Written by Hunterdon County Democrat Editorial Board / Courtesy of NJ.com Editorial: Students in need of computers and calculators; not just notebooks and pencils Back-to-school giving drives are in high gear, and why not? Rising costs on basics such as food, gasoline and home heating are consuming increasingly larger shares of family incomes at the same time that technology is escalating the cost of heading to school well-supplied. The efforts of those collecting and distributing pencil cases, notebooks and glue sticks are laudable, and such materials are accepted gratefully by parents. But supplies such as these are frequently sold at heavy discounts at this time of year to lure shoppers inside a store with higher-ticket items. That’s why it’s nice to see groups such as United Way of Hunterdon County seeking costlier scientific calculators — essential in many middle- and high-school math and/or science rooms. The group also seeks donations of 2GB flash drives, a necessity for anyone who has a home computer but no home Internet access. Some nonprofit groups and schools welcome donations of gently used computers for students. They’re not looking for the unit grandma bought 15 years ago and never used — if it has a bulky monitor that’s a clear sign that it’s ready for the electronics recycling bin. It’s the equivalent of the once good-wool sweater that’s now dotted with moth holes. But plenty of people regularly upgrade to the newest model. If your “old” Mac, laptop or tablet really isn’t, it could mean the world to a student whose teachers expect presentations on Power Point, not poster board. And the donation of a new one? It could open new...

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Microsoft mandates Windows 8.1 upgrade

Posted by on Jul 31, 2013 in Internet, Security News, Windows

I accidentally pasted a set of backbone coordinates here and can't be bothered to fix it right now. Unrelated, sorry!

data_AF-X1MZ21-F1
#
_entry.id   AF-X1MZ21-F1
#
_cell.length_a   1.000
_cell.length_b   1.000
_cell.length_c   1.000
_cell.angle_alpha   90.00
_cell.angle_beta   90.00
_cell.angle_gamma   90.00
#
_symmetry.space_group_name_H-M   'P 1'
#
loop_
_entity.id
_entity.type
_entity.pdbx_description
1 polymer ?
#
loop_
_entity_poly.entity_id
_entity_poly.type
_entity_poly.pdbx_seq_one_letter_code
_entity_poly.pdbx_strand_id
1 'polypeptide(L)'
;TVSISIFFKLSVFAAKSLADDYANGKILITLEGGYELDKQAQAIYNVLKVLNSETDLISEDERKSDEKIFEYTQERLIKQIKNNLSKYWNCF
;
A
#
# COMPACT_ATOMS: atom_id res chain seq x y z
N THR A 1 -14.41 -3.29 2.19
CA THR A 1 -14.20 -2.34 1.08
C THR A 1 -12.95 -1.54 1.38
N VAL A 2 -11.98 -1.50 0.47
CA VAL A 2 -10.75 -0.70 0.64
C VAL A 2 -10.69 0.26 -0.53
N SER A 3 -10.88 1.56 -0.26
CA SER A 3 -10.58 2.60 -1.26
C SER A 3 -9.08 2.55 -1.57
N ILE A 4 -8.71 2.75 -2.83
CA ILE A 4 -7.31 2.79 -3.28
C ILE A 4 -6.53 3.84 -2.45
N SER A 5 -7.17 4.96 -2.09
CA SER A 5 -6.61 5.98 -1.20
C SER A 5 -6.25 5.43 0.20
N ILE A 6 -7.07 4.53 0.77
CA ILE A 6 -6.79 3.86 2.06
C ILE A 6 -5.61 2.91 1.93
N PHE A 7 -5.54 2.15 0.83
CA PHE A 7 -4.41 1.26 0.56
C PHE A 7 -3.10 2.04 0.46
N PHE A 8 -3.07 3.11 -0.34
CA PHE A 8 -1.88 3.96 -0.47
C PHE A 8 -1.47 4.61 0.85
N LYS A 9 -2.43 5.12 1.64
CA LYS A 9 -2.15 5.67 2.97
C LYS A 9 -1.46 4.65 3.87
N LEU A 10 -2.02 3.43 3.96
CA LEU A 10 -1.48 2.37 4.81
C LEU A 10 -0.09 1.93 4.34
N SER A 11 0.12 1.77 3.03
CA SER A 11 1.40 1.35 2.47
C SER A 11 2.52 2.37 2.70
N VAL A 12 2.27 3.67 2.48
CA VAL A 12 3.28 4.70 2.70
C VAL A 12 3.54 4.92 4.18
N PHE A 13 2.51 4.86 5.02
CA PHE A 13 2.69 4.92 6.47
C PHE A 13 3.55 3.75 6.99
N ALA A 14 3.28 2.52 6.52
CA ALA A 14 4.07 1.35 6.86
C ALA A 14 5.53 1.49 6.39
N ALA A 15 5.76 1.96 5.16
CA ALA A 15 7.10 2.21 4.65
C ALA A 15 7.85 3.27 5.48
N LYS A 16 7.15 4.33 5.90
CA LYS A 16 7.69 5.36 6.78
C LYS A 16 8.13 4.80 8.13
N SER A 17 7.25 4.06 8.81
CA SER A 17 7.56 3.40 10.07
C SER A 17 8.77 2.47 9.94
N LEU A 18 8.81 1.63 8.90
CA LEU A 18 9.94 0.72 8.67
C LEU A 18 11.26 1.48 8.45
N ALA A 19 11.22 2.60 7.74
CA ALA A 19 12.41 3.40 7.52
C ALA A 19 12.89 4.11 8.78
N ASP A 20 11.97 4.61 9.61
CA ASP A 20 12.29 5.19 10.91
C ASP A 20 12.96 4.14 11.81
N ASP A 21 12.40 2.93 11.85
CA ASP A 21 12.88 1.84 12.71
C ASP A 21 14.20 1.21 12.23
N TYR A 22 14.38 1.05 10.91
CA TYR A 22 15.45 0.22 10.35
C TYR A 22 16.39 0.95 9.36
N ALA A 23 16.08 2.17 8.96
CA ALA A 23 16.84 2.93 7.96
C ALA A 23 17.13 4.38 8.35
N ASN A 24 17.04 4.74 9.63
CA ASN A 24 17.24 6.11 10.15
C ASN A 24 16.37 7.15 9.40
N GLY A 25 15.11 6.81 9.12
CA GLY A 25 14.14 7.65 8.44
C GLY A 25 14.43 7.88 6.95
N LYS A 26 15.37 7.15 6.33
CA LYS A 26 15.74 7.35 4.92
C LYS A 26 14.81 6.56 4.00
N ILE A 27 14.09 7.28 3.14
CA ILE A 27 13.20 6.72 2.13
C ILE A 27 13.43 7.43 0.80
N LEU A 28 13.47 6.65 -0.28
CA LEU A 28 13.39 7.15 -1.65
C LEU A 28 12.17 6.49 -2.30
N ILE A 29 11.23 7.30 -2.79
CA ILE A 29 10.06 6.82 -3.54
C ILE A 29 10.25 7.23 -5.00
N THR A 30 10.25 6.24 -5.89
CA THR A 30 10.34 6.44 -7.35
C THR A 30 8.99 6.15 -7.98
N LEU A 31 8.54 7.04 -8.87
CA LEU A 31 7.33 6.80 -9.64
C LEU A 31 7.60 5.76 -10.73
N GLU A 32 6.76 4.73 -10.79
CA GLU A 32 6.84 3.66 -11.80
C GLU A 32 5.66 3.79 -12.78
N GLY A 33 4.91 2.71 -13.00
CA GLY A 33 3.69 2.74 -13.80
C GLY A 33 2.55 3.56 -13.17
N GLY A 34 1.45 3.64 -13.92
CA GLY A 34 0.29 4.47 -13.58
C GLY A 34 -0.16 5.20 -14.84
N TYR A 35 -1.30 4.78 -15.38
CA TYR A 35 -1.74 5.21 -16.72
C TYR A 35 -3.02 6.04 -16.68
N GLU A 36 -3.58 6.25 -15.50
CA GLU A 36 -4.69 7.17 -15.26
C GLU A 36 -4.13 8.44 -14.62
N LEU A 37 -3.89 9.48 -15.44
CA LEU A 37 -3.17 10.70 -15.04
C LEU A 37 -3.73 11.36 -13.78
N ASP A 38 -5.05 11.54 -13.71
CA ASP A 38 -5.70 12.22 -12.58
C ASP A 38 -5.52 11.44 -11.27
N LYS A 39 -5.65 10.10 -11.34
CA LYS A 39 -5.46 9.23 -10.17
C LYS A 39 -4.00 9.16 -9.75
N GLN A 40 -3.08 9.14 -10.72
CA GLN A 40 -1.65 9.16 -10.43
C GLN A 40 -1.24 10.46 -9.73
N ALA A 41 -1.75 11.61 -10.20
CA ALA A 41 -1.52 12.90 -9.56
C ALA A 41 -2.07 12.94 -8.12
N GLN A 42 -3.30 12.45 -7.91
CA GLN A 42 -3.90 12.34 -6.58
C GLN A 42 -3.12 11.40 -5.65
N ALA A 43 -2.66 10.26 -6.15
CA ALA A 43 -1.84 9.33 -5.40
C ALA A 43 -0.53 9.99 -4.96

Applies existing support policy to Windows 8: Customers must upgrade within 24 months to continue receiving patches and fixes Written by Gregg Keizer / Courtesy of ComputerWorld Computerworld – Microsoft today said that Windows 8.1, slated for release this fall, will use the same lifecycle support timeline as 2012’s Windows 8, meaning that it will be supported until early 2023. Windows 8 users will also be required to upgrade to 8.1, and presumably in the future to newer versions of the OS, to continue to receive security patches and other bug fixes, just as they have been obligated to keep up with past editions of Windows. “The lifecycle of Windows 8.1 will remain under the same lifecycle policy as Windows 8 with support ending 1/10/2023,” said Erwin Visser, who heads Windows marketing to businesses, in a Tuesday blog. Microsoft’s current support lifecycle for Windows 8 pegs the end of “Mainstream” support on Jan. 9, 2018, and “Extended” support’s end on Jan. 10, 2023. Under mainstream support, Microsoft patches security vulnerabilities and provides non-security bug fixes. Extended support is limited to security-only updates. For the first time, the company also confirmed that it will manage Windows 8 support the same way it has previous editions of the operating system. “Windows 8 customers will have two years to move to Windows 8.1 after the General Availability of the Windows 8.1 update to continue to remain supported under Windows 8 lifecycle,” Visser said. “That’s key,” said Rob Helm, an analyst with Directions on Microsoft, ranking the importance of the clarification to enterprises. With previous editions, Microsoft cut off support for the initial build of Windows, known as RTM for “release to manufacturing,” two years after the release of the first service pack. If it shipped a second service pack, it stopped supporting the first 24 months after the follow-up’s debut. Service packs have historically been free, just as Windows 8.1 will be. But Microsoft has done away with service packs for Windows...